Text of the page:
Procedure Helps Restore Urinary Continence in Women
A bladder-supporting technique proves effective in major trial
WEDNESDAY, April 12, 2006 (HealthDay News) -- A bladder-supporting procedure may help restore continence to women with lack of urinary control after prolapse, researchers report.
Prolapse is a condition in which the vagina and nearby organs lose support and fall out of position. Surgery to correct this problem often results in urinary stress incontinence, which refers to small urine leaks when a woman coughs, laughs or does exercise.
However, researchers at Loyola University Health System in Maywood, Ill., say a procedure called Burch colposuspension after prolapse surgery greatly lessens the likelihood of urinary stress incontinence.
The findings were to be published in the April 13 issue of the New England Journal of Medicine.
The study included 322 women at nine centers across the United States.
"We found that without the Burch procedure, one in every four women developed some stress incontinence that they considered bothersome. We were able to reduce this to one in every 20 women by adding the four stitches of the Burch procedure," principal investigator Dr. Linda Brubaker, director of the division of female pelvic medicine and reconstructive surgery at Loyola, said in a prepared statement.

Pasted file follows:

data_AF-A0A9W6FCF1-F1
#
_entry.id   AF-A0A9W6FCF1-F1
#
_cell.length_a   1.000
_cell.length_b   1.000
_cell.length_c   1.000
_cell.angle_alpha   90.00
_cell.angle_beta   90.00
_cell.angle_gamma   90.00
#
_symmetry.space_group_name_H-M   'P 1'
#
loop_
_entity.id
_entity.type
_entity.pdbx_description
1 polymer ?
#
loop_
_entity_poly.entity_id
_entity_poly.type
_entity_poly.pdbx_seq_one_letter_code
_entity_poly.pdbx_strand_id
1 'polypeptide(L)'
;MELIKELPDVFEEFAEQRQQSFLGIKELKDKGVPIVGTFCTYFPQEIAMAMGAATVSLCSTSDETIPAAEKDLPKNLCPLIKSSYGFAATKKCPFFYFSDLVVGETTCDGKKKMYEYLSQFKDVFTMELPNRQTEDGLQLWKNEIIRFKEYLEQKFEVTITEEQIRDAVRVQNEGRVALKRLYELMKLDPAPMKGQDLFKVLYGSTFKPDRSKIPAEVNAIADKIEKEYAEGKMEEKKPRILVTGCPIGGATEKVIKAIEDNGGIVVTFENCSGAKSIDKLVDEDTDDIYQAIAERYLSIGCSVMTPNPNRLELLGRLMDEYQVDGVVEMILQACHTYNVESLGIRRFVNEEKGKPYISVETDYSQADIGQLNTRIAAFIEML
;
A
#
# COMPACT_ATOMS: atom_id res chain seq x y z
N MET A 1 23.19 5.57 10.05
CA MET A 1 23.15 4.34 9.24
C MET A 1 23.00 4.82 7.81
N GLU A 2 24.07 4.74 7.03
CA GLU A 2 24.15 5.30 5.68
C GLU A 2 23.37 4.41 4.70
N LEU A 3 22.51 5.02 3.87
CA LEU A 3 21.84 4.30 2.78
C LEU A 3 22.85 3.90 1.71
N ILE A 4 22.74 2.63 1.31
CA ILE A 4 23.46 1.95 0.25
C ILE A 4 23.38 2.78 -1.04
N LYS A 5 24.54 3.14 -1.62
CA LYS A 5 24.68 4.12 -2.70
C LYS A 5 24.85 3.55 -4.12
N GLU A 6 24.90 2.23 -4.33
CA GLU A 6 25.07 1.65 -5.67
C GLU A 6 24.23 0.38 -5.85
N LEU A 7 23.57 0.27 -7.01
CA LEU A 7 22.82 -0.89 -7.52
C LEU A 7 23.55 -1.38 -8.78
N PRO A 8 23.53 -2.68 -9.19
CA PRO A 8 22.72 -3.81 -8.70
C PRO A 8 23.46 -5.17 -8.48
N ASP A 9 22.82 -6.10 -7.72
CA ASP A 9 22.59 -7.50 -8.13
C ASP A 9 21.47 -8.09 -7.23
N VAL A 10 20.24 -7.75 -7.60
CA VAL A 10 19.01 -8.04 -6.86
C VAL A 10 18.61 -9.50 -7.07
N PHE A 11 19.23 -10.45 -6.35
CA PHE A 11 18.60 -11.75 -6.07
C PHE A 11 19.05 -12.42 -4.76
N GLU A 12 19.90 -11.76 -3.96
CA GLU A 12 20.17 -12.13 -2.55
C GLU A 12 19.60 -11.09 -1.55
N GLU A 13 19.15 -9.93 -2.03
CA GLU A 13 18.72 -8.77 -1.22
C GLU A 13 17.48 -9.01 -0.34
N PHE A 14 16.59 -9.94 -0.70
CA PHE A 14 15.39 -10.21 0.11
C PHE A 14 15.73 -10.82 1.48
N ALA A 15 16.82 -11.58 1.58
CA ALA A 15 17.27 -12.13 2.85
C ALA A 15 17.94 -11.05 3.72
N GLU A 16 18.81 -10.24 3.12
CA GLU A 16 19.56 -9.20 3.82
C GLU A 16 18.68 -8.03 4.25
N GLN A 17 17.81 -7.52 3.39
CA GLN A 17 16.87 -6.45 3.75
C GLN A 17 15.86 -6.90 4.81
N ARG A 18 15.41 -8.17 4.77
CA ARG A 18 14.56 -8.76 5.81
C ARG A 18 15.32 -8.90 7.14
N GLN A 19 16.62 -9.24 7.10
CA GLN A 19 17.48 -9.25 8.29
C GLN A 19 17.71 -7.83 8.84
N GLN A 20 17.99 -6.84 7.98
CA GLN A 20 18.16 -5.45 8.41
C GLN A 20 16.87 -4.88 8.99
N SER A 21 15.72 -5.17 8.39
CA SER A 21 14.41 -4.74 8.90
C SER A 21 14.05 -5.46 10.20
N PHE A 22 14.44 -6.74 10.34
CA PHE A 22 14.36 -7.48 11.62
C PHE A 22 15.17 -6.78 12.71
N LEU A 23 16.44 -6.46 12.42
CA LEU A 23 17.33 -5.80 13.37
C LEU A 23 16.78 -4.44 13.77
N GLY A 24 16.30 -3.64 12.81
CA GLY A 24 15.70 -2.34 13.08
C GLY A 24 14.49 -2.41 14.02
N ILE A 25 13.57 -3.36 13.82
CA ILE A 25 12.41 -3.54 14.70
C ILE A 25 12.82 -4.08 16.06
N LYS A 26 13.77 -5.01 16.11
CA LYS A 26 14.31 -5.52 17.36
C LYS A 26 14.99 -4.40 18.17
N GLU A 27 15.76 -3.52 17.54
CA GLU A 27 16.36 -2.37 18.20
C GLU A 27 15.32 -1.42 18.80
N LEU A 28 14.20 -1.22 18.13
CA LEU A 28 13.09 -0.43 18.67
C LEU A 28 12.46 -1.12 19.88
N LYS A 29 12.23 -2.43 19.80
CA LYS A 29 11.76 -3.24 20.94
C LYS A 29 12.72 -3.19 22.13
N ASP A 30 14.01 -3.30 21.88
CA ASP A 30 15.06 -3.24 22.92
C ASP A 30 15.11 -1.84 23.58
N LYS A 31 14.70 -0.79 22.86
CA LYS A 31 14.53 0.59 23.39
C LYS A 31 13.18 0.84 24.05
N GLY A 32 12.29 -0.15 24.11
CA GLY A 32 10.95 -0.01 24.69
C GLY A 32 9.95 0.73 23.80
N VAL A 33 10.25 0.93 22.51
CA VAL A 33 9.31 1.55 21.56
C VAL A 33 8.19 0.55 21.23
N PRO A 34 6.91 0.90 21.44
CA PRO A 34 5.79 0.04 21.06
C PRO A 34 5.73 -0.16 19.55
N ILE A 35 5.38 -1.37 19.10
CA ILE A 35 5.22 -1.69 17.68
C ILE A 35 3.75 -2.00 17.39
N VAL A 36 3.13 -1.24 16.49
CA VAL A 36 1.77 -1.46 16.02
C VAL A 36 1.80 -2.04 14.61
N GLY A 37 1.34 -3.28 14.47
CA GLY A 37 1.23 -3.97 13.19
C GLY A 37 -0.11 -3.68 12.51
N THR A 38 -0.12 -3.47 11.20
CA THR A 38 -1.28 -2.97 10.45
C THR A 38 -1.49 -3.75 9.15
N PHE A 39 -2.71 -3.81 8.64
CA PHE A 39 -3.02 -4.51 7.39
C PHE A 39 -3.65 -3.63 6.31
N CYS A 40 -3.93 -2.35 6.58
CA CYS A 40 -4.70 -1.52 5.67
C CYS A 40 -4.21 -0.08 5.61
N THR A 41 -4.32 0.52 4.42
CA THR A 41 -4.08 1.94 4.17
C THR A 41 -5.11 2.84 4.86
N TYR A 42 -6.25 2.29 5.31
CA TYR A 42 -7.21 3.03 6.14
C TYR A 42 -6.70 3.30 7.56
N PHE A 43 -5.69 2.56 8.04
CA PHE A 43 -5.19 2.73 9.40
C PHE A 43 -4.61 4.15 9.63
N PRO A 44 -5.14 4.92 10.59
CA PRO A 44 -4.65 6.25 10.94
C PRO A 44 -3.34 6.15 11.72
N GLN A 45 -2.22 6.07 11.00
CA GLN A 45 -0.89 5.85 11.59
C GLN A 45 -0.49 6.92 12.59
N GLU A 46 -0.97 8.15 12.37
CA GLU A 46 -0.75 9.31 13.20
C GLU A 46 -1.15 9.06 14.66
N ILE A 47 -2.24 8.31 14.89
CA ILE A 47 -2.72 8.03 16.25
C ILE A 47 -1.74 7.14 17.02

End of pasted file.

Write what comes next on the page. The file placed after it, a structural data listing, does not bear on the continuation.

"This is the first time we've ever had a large, randomized trial that shows that we can prevent the development of stress incontinence," Brubaker said.
An estimated one in 11 women will need surgery for either pelvic organ prolapse or for urinary incontinence by the time they reach age 80.
The American College of Obstetricians and Gynecologists has more about pelvic support problems.